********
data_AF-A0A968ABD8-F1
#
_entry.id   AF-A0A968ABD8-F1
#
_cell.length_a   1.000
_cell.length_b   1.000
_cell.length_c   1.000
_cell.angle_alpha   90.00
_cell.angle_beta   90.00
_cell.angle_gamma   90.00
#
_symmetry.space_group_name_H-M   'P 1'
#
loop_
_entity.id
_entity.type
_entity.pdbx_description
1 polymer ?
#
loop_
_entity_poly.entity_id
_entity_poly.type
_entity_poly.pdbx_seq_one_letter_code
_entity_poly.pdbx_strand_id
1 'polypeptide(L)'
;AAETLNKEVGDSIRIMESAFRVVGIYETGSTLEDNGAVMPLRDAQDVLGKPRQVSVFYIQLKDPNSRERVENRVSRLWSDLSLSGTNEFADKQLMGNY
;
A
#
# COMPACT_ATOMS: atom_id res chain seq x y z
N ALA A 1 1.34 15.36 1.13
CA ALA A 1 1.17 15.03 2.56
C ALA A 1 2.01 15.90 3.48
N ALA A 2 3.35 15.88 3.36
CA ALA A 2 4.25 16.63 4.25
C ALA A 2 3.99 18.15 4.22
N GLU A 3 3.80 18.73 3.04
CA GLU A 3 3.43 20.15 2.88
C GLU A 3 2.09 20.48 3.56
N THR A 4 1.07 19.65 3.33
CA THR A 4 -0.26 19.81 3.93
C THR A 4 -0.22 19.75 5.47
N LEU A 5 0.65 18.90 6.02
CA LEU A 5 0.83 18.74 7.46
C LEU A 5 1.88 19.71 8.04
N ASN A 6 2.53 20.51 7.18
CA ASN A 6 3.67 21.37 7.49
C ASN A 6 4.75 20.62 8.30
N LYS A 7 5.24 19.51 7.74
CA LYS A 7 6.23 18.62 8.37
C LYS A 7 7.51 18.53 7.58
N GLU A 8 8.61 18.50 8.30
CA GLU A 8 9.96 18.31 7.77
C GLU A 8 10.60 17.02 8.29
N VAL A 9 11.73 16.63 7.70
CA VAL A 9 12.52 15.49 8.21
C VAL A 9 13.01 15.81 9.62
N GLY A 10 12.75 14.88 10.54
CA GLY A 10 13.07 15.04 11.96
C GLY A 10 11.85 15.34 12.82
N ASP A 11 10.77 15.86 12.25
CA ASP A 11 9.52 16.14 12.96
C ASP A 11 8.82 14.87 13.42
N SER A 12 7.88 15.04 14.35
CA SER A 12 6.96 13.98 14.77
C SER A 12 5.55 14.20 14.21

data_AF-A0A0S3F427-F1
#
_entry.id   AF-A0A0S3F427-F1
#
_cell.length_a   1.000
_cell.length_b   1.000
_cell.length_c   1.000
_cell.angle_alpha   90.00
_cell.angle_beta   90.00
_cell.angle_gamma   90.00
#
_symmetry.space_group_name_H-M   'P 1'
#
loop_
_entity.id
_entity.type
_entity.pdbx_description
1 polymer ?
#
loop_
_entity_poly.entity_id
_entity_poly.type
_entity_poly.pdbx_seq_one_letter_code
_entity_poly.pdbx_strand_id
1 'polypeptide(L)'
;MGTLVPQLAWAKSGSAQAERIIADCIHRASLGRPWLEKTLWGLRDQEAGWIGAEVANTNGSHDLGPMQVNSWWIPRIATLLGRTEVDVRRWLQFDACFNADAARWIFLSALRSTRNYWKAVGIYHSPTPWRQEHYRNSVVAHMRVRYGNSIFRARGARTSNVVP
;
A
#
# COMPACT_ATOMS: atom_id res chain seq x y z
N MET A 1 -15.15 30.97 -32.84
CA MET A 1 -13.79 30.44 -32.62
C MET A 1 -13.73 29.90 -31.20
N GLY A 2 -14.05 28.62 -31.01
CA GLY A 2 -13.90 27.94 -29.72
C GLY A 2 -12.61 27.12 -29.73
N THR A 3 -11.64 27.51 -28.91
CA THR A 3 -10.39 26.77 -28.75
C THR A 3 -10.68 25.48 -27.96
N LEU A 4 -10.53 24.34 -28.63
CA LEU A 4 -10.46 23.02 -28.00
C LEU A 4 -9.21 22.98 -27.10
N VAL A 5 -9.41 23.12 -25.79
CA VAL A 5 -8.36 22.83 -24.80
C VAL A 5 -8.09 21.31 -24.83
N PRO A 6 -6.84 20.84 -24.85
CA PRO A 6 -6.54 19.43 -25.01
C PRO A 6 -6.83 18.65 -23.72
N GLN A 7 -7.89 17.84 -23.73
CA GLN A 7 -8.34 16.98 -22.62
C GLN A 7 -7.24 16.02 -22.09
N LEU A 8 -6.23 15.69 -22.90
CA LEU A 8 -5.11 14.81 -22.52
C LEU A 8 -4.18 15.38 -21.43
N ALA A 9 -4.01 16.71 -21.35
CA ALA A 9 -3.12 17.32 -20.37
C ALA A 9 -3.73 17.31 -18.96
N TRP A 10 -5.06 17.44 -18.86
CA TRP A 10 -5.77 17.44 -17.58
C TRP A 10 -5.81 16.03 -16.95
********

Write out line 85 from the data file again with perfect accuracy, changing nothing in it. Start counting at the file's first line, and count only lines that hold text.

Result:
#